“I’ve seen so many people leave feeling so much better,” she said. “So many people are just so lost and don’t know where to go. I’ve never suffered with cancer, but my best friend died from cancer. I wanted to give back to the world and to women.”

“I don’t mind talking about it,” said Stewart, who lost her hair 15 days into her chemotherapy treatment.

In preparation for her possible hair loss, Stewart had her hairdresser trim her hair into a short style, then cut the wig before she shaved Stewart’s hair, at her request.

Facing hair loss

A friend since high school, Cathy Buscaglia, went with Stewart when she had her head shaved, and Biscaglia shaved her own hair off in support of Stewart.

“I was scared, but she said, ‘I’ll go first,’” Stewart said. “A shaved head is traumatic, but not so bad. The first time you look in the mirror, it’s a shock.”

“People are so optimistic and encouraging,” Stewart added. “That’s what helped me. I can’t say I’ve never cried or been sad. I’ve had rough patches. But I want all my positive energy to help me get to the end of this cancer journey.”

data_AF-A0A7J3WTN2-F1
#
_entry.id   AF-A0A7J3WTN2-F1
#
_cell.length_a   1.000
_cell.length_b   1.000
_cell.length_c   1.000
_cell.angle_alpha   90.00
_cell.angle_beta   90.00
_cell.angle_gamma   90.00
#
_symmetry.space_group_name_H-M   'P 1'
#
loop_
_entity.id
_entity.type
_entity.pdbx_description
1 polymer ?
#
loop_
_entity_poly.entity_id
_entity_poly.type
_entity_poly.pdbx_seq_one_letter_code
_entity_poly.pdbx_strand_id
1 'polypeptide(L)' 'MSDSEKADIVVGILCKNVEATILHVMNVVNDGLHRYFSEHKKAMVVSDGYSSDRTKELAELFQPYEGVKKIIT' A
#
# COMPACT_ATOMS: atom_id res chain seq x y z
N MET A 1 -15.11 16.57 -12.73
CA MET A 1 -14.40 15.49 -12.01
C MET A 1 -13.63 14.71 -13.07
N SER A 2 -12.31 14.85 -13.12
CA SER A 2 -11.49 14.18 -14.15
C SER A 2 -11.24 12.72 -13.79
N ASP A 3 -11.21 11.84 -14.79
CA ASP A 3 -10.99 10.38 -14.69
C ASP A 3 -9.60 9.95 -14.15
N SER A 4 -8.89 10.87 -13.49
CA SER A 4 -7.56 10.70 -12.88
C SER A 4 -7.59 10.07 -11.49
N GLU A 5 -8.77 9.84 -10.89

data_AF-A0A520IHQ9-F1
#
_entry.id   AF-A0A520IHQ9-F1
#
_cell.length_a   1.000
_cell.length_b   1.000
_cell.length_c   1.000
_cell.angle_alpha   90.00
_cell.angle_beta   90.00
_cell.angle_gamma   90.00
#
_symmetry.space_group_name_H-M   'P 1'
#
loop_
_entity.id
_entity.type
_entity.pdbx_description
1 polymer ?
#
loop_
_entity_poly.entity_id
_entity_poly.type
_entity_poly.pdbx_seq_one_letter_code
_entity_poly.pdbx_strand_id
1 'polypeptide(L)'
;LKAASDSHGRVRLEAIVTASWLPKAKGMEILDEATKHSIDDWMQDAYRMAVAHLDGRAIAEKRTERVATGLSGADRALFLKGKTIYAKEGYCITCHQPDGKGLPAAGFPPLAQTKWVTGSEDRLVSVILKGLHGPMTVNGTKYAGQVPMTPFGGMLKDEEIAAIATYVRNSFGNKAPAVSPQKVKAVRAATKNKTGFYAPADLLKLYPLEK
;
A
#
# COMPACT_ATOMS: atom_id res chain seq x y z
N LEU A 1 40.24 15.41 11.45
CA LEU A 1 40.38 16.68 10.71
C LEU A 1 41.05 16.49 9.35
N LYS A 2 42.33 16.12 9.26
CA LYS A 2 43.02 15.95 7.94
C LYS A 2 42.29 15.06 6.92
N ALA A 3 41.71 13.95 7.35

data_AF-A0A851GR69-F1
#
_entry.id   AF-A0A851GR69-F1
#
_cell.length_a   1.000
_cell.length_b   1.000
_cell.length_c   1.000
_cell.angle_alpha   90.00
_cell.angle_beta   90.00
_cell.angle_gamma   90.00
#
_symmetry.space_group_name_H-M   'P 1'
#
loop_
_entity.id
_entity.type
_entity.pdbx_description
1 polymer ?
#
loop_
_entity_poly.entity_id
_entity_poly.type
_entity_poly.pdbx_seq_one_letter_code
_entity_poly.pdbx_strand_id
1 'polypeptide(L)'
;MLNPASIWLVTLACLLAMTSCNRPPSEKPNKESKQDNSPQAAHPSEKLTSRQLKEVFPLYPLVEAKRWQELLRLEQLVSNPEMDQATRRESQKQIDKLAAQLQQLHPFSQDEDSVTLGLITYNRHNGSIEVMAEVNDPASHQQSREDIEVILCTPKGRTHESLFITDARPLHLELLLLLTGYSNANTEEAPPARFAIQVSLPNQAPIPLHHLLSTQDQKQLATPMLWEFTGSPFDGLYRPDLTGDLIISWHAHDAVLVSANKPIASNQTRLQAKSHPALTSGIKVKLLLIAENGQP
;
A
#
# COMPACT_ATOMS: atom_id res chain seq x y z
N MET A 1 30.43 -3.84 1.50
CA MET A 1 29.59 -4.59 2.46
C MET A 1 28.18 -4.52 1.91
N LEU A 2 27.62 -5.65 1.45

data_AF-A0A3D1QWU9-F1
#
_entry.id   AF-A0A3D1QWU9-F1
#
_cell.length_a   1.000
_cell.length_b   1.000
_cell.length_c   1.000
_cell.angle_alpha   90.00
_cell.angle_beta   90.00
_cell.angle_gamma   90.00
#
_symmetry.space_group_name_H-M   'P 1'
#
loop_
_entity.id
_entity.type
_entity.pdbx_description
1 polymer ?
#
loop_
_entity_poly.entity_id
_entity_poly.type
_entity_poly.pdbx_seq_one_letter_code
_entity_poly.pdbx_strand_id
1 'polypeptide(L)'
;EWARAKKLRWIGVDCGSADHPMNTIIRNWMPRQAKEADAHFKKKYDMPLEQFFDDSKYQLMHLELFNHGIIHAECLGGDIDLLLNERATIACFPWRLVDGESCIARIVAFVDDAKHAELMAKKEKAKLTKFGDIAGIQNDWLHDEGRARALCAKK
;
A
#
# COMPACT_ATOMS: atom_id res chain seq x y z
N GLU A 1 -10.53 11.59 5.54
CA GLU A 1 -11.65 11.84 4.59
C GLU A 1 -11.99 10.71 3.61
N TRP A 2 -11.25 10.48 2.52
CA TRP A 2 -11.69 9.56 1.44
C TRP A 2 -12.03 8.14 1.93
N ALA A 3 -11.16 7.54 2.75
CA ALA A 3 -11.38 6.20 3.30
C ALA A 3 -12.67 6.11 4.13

To that end, Stewart said, she takes advantage of the services of integrative medicine offered through the Beaumont Health System. Stewart enjoys free oncology massages given by massage therapists who are training in the post-graduate clinical oncology massage program at Beaumont. Stewart also uses the track and takes yoga classes offered at Sola Life & Fitness, the health and wellness center operated by the Beaumont Health System in Rochester Hills.

Integrative medicine through Beaumont Health System includes acupuncture, massage therapy, cranial sacral therapy, a detoxification program, naturopathy, guided imagery; gentle yoga; and reiki. Integrative medicine services have been offered for 11 years at the Royal Oak campus and for eight years at the Troy campus, which also encompasses facilities in Sterling Heights and Rochester Hills.

Gail Elliott-Patricolo, director of integrative medicine for Beaumont, said the aim of integrative medicine is to safely integrate the patient through traditional medical care along with holistic medicine and services.

“The patient can get lost Googling things that may be unsafe for them,” she said. “Everything we do is evidence-based. The patient knows it can be safe and effective. It’s an overwhelming diagnosis.”

She said that all of their integrative medicine practitioners have the highest level of training.

“One of the dilemmas is that there’s very little licensing in the state of Michigan,” she said. “It’s truly consumer beware.”